This is a classic which can be adapted for practising drawing shapes, you give an instruction – for example ‘Simon says draw a horizontal line 4 cm in length’ and students have to do it, you continue on in this way until they have constructed a shape, the catch is sometimes you give an instruction which does not start with ‘Simon says’ in this case they should not follow it. Get ready for chaos!
Keep tuned as this week I will also be blogging about dance maths… Get in touch @numberloving and check out our free and premium resources in our NumberLoving Store.
The joy of laughter is not to be denied even in the learning environment. I like to think pupils are laughing with me when I crack my latest mathematical based jokes, even with comments like “Miss, that’s your worst one yet”, I know they enjoyed it really!
We have developed a few ideas of how jokes can be used in the classroom to motivate and engage learners, as well as creating a great atmosphere!
2) Hunt a joke
This can be the easiest way to liven up a activity which at NumberLoving we call “bog standard worksheet” into a motivating and engaging activity.
Simply take the answers in order, to any worksheet and match them each with a word (if enough words, letters if not) on laminated cards that have been placed on the walls around the classroom. When pupils have completed their work and had it marked they can then move around the rooms collect the words or letters in the order of the answers to form the joke or secret message.
Check out this simplifying surds worksheet, which is differentiated to three levels of difficulty, hunt cards and solutions.
3) Treasure hunt
You may have already seen our treasure hunt resources. This is a slight adaptation, in which with each treasure hunt card a word from the joke or a letter to punch line is added to each card.
For a healthy supply of those all important mathematics jokes check out this forum discussion on the TES as well as this previous post on maths jokes.
My favourite “What did the zero say to the eight?”
Punchline; “Nice belt”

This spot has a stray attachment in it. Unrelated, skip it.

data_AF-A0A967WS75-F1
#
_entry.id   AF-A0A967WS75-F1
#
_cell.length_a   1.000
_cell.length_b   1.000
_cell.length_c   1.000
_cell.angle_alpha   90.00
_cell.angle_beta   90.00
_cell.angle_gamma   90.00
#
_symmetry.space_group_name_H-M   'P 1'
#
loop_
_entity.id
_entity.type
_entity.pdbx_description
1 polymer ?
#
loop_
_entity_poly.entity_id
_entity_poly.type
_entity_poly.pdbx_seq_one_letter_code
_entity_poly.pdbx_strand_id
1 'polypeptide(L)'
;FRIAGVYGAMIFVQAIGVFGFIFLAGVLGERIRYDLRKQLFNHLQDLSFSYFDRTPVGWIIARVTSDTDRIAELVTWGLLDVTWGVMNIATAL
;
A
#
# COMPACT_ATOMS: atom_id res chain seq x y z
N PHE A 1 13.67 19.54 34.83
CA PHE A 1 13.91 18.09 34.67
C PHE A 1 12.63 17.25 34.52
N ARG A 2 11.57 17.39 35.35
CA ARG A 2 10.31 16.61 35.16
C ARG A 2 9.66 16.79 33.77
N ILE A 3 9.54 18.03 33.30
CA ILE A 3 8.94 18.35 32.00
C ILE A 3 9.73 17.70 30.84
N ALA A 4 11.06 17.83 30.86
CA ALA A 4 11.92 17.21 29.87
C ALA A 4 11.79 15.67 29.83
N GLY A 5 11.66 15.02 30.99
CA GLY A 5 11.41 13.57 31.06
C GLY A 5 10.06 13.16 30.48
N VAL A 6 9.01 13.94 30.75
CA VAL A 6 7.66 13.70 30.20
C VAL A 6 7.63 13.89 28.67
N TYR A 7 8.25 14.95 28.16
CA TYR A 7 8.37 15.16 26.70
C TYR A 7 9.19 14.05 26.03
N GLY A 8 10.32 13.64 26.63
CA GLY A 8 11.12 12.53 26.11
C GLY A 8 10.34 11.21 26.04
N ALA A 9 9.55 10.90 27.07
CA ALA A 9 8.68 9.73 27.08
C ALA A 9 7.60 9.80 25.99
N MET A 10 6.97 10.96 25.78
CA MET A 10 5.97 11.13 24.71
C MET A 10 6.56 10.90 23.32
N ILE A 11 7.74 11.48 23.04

Get in touch @numberloving or email@example.com and check out our free and premium resources in our NumberLoving Store.
You may remember these fortune tellers, or cootie catchers as known in the USA, from your youth? In my day we used them to find out what your future held or who you would ‘obviously’ marry!
Well, Number Loving have introduced them into mathematics lessons and they are our new resources which have been added to our online store in a bundle, check it out here.
On the right is an example of a fortune teller which is ready and this one is free to download from our store here. First you will notice the colours, as with all our resources these colours relate to levels of difficulty. Therefore differentiation is present from the start; green is the hardest, amber is medium and red the easiest.
Once printed pupils will need to fold along the grey lines and make to look like the picture above. Instructions on how to fold the fortune teller are included in the resource.
There are plenty of videos like the one below which also show how to fold.
Playing the game
Again we have included instructions for those who have forget how to play. You can also check out this post.
Each purchase includes a blank version, as this is great to ask pupils to create their own to challenge their partners or even their teacher!
Why not make a big fortune teller with the whole class? Use masking tape to tape each square piece of paper together.
Get in touch @numberloving and check out our free and premium resources in our NumberLoving Store.